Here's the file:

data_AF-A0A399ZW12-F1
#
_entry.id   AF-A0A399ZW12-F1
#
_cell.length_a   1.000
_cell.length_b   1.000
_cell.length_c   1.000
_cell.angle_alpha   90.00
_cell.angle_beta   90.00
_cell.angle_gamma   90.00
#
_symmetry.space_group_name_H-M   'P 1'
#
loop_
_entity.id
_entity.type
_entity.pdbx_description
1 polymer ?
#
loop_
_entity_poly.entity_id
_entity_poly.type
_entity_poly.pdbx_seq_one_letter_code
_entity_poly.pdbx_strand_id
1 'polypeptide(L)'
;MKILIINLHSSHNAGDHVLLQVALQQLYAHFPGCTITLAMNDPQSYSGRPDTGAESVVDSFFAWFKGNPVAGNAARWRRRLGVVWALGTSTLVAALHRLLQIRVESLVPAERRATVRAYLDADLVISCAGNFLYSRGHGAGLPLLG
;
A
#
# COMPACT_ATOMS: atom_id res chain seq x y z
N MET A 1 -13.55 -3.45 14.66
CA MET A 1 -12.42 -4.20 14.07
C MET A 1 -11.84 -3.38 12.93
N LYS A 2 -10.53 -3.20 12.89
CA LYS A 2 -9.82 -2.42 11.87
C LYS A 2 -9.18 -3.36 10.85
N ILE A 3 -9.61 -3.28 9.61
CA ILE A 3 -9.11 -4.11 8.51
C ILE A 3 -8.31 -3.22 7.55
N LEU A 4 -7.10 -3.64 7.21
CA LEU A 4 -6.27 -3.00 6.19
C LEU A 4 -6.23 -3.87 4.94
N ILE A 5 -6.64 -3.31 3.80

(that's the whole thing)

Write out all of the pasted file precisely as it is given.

data_AF-A0A399ZW12-F1
#
_entry.id   AF-A0A399ZW12-F1
#
_cell.length_a   1.000
_cell.length_b   1.000
_cell.length_c   1.000
_cell.angle_alpha   90.00
_cell.angle_beta   90.00
_cell.angle_gamma   90.00
#
_symmetry.space_group_name_H-M   'P 1'
#
loop_
_entity.id
_entity.type
_entity.pdbx_description
1 polymer ?
#
loop_
_entity_poly.entity_id
_entity_poly.type
_entity_poly.pdbx_seq_one_letter_code
_entity_poly.pdbx_strand_id
1 'polypeptide(L)'
;MKILIINLHSSHNAGDHVLLQVALQQLYAHFPGCTITLAMNDPQSYSGRPDTGAESVVDSFFAWFKGNPVAGNAARWRRRLGVVWALGTSTLVAALHRLLQIRVESLVPAERRATVRAYLDADLVISCAGNFLYSRGHGAGLPLLG
;
A
#
# COMPACT_ATOMS: atom_id res chain seq x y z
N MET A 1 -13.55 -3.45 14.66
CA MET A 1 -12.42 -4.20 14.07
C MET A 1 -11.84 -3.38 12.93
N LYS A 2 -10.53 -3.20 12.89
CA LYS A 2 -9.82 -2.42 11.87
C LYS A 2 -9.18 -3.36 10.85
N ILE A 3 -9.61 -3.28 9.61
CA ILE A 3 -9.11 -4.11 8.51
C ILE A 3 -8.31 -3.22 7.55
N LEU A 4 -7.10 -3.64 7.21
CA LEU A 4 -6.27 -3.00 6.19
C LEU A 4 -6.23 -3.87 4.94
N ILE A 5 -6.64 -3.31 3.80